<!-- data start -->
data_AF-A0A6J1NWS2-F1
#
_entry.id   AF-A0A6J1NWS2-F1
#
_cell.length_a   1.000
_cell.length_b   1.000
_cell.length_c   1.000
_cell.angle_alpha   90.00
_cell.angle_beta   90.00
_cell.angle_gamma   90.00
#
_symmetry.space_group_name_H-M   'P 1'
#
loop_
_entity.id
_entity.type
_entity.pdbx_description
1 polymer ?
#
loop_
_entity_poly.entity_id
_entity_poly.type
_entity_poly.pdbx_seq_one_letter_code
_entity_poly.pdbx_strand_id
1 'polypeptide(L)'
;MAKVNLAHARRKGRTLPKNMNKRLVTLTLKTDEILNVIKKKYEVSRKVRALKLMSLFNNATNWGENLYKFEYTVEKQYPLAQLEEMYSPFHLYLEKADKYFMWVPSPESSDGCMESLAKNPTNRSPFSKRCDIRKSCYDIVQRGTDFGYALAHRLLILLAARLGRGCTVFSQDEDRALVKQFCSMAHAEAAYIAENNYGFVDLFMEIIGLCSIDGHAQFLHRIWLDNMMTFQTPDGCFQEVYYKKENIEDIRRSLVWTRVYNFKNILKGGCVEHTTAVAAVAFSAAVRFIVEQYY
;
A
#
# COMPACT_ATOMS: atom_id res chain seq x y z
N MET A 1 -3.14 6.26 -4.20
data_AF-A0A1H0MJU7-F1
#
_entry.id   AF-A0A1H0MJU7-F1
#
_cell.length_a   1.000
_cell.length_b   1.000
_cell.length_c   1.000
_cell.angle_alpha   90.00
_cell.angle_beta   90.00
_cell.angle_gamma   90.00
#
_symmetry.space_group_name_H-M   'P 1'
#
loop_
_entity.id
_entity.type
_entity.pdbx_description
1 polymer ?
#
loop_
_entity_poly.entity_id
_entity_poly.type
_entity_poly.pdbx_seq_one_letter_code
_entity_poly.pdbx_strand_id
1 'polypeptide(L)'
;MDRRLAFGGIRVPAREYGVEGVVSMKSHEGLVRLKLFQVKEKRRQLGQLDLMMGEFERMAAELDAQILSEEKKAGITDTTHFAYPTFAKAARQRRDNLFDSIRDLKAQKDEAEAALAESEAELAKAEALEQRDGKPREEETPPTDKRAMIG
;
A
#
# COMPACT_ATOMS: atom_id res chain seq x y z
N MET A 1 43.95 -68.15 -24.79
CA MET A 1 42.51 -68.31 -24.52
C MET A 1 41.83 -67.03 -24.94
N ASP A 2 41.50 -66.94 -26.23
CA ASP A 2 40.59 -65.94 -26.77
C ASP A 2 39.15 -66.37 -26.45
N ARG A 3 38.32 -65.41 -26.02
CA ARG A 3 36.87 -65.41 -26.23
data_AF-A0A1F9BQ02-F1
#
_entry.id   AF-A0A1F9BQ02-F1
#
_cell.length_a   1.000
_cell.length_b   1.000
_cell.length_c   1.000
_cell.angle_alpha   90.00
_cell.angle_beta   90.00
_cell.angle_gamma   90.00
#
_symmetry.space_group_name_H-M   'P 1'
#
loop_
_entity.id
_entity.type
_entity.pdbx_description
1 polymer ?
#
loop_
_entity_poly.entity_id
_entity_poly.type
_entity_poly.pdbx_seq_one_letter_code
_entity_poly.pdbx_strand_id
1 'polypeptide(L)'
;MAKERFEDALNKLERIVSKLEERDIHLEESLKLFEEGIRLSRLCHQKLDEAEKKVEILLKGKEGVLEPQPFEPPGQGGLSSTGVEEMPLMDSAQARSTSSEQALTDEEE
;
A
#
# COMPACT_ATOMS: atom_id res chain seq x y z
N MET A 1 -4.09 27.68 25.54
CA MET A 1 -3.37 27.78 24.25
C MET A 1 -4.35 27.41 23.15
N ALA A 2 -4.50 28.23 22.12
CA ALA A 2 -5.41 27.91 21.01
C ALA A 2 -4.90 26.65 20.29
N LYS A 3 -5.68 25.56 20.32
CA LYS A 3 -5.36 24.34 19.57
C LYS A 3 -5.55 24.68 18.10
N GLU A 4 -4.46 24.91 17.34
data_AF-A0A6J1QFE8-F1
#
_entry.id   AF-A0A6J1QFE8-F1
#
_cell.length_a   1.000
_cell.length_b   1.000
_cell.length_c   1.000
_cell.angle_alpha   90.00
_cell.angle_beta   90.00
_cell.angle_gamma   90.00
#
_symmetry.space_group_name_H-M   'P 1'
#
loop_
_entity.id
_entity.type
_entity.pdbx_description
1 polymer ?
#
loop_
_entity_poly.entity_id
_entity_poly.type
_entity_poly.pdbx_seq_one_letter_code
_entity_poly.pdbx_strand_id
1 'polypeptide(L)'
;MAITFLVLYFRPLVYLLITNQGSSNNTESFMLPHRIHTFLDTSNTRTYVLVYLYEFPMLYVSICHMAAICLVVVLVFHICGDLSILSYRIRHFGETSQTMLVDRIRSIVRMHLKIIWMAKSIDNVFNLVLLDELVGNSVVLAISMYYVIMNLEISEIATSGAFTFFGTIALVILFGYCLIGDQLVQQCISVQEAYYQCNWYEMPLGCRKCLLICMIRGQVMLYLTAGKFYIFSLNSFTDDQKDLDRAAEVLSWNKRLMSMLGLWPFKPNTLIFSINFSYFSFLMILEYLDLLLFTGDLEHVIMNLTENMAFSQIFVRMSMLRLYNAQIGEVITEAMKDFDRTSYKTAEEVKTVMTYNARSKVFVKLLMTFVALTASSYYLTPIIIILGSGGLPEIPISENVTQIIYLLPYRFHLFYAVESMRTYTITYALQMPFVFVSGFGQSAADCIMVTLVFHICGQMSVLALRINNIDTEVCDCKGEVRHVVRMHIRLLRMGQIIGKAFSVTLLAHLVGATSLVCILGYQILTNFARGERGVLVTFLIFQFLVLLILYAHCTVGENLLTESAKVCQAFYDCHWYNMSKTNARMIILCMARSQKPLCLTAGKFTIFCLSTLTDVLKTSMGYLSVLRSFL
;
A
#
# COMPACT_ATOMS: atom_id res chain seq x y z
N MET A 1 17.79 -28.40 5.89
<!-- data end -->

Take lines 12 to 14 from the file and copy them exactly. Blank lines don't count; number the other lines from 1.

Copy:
_symmetry.space_group_name_H-M   'P 1'
#
loop_